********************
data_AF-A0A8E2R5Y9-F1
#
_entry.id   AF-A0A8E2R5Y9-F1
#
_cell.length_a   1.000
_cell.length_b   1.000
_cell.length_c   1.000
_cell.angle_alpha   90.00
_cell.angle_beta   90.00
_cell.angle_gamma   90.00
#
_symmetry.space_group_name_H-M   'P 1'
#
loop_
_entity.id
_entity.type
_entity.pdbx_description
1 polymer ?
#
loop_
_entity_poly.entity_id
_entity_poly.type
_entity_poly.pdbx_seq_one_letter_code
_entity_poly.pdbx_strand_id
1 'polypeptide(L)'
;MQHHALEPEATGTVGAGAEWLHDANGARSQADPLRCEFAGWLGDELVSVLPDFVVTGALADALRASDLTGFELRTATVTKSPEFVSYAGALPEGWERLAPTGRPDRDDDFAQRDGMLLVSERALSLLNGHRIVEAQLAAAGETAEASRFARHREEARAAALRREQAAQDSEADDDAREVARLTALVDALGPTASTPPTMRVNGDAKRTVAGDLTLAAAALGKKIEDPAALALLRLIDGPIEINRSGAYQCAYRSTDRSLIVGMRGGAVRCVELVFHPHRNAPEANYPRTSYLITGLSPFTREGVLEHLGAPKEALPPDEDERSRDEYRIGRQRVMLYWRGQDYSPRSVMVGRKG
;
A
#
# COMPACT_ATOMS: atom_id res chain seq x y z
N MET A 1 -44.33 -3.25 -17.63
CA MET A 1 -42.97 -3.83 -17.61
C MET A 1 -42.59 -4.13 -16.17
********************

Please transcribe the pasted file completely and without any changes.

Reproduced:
data_AF-A0A8E2R5Y9-F1
#
_entry.id   AF-A0A8E2R5Y9-F1
#
_cell.length_a   1.000
_cell.length_b   1.000
_cell.length_c   1.000
_cell.angle_alpha   90.00
_cell.angle_beta   90.00
_cell.angle_gamma   90.00
#
_symmetry.space_group_name_H-M   'P 1'
#
loop_
_entity.id
_entity.type
_entity.pdbx_description
1 polymer ?
#
loop_
_entity_poly.entity_id
_entity_poly.type
_entity_poly.pdbx_seq_one_letter_code
_entity_poly.pdbx_strand_id
1 'polypeptide(L)'
;MQHHALEPEATGTVGAGAEWLHDANGARSQADPLRCEFAGWLGDELVSVLPDFVVTGALADALRASDLTGFELRTATVTKSPEFVSYAGALPEGWERLAPTGRPDRDDDFAQRDGMLLVSERALSLLNGHRIVEAQLAAAGETAEASRFARHREEARAAALRREQAAQDSEADDDAREVARLTALVDALGPTASTPPTMRVNGDAKRTVAGDLTLAAAALGKKIEDPAALALLRLIDGPIEINRSGAYQCAYRSTDRSLIVGMRGGAVRCVELVFHPHRNAPEANYPRTSYLITGLSPFTREGVLEHLGAPKEALPPDEDERSRDEYRIGRQRVMLYWRGQDYSPRSVMVGRKG
;
A
#
# COMPACT_ATOMS: atom_id res chain seq x y z
N MET A 1 -44.33 -3.25 -17.63
CA MET A 1 -42.97 -3.83 -17.61
C MET A 1 -42.59 -4.13 -16.17